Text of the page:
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The Place All the Hellion Tourists Go

GEORGETOWN, Grand Cayman — Heaven may have its doves of peace and birds of paradise, but did you know that Hell has birds, too? We saw them, one white and two black, flitting from the jagged tops of the blackened limestone that everybody visiting Grand Cayman is told: “This is Hell.”

And it is. In what might be the world’s most lucrative tourist attraction of its size, Hell is a post office, souvenir shops, and a field of petrified rock that, by Grand Cayman law, cannot be removed.

Duh, you think?

Three other cruise ships arrive here on the same day as the Navigator of the Seas that brings us to Georgetown for the first time, and every hawker on the dock entices first-time visitors to “go to Hell” and back. Every tour bus stops there. Every tourist, or almost every tourist, sticks his or her head through a silly cut-out board to pose as the devil.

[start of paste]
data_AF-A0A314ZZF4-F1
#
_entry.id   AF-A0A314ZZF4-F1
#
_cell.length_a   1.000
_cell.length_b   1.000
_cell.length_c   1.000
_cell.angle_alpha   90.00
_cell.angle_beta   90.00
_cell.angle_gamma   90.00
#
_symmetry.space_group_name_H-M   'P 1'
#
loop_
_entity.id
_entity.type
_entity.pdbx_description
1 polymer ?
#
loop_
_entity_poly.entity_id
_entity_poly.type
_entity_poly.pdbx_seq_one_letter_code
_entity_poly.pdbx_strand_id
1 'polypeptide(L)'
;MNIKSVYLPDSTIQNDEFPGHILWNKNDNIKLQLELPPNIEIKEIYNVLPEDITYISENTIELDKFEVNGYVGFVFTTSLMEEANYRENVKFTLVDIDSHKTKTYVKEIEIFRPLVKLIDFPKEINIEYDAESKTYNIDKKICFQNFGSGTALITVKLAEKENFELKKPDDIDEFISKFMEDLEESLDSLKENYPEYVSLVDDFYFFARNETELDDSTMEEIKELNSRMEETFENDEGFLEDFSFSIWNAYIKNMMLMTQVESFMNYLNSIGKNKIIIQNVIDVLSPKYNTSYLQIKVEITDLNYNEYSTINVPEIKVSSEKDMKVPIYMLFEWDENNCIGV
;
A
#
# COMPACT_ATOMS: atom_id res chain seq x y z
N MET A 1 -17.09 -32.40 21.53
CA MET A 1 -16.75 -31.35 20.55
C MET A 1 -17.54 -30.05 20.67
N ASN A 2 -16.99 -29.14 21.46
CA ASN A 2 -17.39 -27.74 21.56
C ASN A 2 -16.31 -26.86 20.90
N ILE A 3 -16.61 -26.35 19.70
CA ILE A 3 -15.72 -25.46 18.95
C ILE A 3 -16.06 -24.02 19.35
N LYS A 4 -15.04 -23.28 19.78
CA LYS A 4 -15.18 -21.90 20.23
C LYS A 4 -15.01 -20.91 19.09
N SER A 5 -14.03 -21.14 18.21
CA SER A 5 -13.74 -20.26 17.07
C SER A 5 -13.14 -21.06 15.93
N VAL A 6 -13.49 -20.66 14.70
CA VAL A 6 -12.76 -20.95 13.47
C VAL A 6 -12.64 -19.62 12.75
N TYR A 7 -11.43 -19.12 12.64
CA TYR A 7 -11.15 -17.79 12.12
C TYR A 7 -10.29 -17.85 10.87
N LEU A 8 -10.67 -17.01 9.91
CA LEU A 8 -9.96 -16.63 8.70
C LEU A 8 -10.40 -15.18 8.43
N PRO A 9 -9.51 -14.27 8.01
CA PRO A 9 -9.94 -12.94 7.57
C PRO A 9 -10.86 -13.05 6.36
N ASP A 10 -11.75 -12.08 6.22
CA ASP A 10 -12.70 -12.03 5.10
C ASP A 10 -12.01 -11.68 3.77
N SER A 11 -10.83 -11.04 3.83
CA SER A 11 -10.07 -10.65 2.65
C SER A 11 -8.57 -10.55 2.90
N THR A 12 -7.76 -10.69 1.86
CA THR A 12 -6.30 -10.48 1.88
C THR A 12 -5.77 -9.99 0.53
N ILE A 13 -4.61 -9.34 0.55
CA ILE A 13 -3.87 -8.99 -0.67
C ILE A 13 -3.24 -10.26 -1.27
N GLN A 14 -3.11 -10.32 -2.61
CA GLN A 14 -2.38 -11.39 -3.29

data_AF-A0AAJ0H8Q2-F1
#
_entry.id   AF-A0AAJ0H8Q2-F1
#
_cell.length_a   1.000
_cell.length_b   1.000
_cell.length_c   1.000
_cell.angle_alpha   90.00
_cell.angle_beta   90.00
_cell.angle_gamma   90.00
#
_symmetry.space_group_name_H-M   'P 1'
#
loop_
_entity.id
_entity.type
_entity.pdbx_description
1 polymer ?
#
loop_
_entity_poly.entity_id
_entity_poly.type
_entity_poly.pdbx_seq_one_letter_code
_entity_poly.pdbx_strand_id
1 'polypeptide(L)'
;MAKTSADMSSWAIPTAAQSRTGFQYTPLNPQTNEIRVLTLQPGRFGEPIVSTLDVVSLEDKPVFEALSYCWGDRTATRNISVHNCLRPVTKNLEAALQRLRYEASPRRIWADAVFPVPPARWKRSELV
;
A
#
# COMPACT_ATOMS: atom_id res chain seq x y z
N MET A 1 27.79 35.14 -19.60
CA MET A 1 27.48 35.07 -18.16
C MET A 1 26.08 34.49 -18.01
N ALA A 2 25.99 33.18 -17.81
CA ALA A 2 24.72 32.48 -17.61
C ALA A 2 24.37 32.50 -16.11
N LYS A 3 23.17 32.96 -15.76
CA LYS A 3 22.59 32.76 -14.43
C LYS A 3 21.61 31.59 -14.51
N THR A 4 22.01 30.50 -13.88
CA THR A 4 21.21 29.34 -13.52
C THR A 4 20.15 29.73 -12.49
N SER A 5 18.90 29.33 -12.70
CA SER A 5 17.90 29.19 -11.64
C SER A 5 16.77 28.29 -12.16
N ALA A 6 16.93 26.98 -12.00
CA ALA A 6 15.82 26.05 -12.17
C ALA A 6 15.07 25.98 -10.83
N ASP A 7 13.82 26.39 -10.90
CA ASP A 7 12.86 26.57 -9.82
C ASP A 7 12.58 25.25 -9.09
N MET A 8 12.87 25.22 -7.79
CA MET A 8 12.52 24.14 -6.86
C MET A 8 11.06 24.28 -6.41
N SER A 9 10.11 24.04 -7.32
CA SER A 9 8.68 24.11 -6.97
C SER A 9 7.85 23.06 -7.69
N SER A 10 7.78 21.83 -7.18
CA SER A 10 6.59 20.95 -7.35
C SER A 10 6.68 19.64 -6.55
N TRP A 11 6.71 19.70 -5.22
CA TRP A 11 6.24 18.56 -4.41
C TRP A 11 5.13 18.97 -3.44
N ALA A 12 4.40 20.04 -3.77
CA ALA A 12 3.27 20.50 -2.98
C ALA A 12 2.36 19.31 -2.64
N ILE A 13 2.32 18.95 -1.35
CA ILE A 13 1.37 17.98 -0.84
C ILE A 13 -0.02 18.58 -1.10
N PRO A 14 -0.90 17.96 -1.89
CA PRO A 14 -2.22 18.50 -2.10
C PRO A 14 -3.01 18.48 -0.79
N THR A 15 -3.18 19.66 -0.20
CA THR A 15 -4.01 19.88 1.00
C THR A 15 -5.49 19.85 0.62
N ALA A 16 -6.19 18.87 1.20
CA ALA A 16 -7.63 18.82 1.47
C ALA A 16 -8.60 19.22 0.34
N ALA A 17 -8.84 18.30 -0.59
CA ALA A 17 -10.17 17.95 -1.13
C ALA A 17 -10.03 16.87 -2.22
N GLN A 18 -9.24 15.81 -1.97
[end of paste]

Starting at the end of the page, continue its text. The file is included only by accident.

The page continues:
We’re not geologists, so our description of Hell may be flawed, but it looks like a petrified rock formation sticking up in a swampy area the size of a couple of football fields. The rock looks charred…it couldn’t be any other way in Hell, could it? It was apparently once part of the ocean, and now it is the magnet that lures tourists into junky little shops to buy shirts, hats and trinkets with all the plays-on-Hell you can imagine…

“Get married in Hell. You’ll go thru it anyway.”

“What happens in Hell stays in Hell.”

“When in Rome, do as the Romans. When in Hell, do as the Hellions.”

The funniest thing about it all is that in Shop No. 2 of the three sitting next to the post office that really is the heart of Hell, the woman at the cashier’s desk, with church music playing in the background, says to us as we depart: “You have a good day, and God bless you.”

There are hats about Jesus for sale, and messages painted in large letters on the walls saying that Jesus is the way to Heaven.

For the people who really do live in Hell, it’s like they want to make sure they’re hedging their bets in case they are believed to be profiteering from a place associated with the devil.

We couldn’t find Hell on the map of tourist attractions on Grand Cayman, the biggest of the three Cayman Islands. There must be 100 places listed on the map, but no Hell. That’s because nobody wants to go there, but everybody does.

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